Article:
For the first year of freelancing, the freelancer has no advance payments. This is because you don’t have any past tax records to use as estimates. In the second year, however, the tax for the first year is due, as well as the same amount of advance payment for the current year. As a new freelancer, you should watch out for this. Be prepared and keep enough funds in your bank account so these payments don’t disrupt your budget.
You Will Have to Get Used to A Very Expensive Healthcare System
The German healthcare system is complicated as it is. It is even more complex for the self-employed. Simply speaking, if you are a freelancer in Germany, you need a health insurance plan specially designed for the self-employed. I chose to become a member of a public health care healthcare system. If you are self-employed in Germany, your other options are a private provider or a Künstlersozialkasse (KSK) which is an insurance service for artists.
In Germany, full-time employees pay about 7.3 to 8.3% of your income towards your health care contribution and the rest is paid by the employer. However, as a self-employed person, you are your own employer, which means you have to pay both shares. This can be from 14.6 to 15.6% of your monthly gross earnings. Like with the taxes, your monthly premium varies according to your income.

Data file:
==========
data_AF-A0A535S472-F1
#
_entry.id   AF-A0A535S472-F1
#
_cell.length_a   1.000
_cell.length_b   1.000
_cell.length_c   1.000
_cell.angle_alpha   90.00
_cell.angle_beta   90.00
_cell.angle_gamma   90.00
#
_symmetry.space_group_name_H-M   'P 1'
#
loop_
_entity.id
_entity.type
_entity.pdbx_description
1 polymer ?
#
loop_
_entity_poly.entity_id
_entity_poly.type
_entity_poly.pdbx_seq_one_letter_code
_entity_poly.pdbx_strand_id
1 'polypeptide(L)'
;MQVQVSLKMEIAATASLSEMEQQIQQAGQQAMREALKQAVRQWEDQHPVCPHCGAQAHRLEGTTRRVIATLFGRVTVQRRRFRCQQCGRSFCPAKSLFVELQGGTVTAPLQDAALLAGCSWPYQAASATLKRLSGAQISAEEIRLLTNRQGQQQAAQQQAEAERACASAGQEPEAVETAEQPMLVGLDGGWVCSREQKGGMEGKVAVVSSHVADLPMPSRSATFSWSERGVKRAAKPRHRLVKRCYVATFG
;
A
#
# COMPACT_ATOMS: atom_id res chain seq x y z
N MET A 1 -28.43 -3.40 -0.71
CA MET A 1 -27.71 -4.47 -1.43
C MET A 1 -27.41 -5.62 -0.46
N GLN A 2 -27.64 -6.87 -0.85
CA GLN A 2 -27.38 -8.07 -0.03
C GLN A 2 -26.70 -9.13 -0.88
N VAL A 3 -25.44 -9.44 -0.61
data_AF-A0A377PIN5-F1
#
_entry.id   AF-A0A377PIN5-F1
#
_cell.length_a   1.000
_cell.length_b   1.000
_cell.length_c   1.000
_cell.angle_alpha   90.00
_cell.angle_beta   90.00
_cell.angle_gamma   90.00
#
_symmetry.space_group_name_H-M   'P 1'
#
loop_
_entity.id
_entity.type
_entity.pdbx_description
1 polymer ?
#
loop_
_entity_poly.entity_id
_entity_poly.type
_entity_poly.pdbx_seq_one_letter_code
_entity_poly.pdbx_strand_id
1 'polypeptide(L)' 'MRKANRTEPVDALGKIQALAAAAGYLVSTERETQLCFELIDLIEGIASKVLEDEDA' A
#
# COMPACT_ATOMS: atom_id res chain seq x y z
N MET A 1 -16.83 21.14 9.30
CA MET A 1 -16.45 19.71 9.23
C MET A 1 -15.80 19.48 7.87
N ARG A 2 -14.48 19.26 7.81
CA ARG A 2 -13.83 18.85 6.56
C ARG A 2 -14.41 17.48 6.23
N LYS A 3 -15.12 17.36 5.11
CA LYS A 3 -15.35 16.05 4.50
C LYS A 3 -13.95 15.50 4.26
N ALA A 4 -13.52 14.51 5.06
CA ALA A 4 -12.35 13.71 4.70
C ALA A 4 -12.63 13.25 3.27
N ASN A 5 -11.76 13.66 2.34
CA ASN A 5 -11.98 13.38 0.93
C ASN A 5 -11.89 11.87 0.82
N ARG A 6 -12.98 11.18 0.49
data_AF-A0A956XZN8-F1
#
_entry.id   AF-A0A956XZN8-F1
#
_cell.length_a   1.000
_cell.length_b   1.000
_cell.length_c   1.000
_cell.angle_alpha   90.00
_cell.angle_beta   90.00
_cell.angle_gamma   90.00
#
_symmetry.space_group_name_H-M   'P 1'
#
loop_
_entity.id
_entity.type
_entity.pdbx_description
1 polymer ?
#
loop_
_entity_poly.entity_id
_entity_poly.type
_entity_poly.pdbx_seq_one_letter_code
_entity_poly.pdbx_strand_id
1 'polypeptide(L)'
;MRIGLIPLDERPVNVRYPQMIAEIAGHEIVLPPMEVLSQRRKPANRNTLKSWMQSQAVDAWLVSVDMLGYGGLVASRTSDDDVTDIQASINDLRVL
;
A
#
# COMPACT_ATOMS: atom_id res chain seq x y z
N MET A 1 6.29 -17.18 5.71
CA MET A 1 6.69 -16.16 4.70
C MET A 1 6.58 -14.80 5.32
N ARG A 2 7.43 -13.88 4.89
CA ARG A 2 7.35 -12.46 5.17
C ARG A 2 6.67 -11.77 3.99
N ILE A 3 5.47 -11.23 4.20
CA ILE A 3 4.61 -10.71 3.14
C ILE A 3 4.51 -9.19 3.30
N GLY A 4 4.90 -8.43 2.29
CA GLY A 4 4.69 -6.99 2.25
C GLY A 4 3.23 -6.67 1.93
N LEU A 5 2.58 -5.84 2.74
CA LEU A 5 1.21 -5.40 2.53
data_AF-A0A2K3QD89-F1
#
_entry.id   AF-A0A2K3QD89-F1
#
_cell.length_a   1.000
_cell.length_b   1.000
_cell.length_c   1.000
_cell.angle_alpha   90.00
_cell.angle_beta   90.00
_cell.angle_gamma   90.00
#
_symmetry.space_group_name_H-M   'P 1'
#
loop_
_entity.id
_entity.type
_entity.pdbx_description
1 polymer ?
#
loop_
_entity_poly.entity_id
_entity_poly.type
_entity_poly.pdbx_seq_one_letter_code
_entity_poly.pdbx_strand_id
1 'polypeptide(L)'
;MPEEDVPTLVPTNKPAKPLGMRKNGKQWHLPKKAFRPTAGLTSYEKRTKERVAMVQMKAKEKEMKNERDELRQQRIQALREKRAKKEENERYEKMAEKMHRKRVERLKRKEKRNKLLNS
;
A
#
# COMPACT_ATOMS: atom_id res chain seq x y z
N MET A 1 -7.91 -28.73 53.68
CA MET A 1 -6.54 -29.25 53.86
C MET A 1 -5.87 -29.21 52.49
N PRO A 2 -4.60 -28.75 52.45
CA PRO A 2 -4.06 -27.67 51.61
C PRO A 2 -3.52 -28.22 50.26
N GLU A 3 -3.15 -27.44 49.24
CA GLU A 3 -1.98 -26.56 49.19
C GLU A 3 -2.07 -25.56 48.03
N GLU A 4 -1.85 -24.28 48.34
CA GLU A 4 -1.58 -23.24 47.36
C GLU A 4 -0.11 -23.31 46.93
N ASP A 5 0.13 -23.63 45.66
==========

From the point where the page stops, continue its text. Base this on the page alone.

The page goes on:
If you are with public health insurance, after a certain monthly income threshold you will reach a ‘flat’ monthly fee. This is still a huge chunk of your income and can take some getting used to. Honestly speaking, I’m still shocked a bit every time I see my monthly contributions into the health care system each month. But hey, a necessary evil as they say.
But even if the German healthcare and taxes are excruciatingly high, at least…
Your Earning Potential Is Higher If You Work With Local Clients
In Germany (and western EU in general), the average hourly rate is amongst the highest in the world. Clients are aware of this and are prepared to pay these rates. Depending on the references, experience and performance, a freelancer can easily charge more than €100/hr. You can calculate the latest average rates for your expertise on GULP.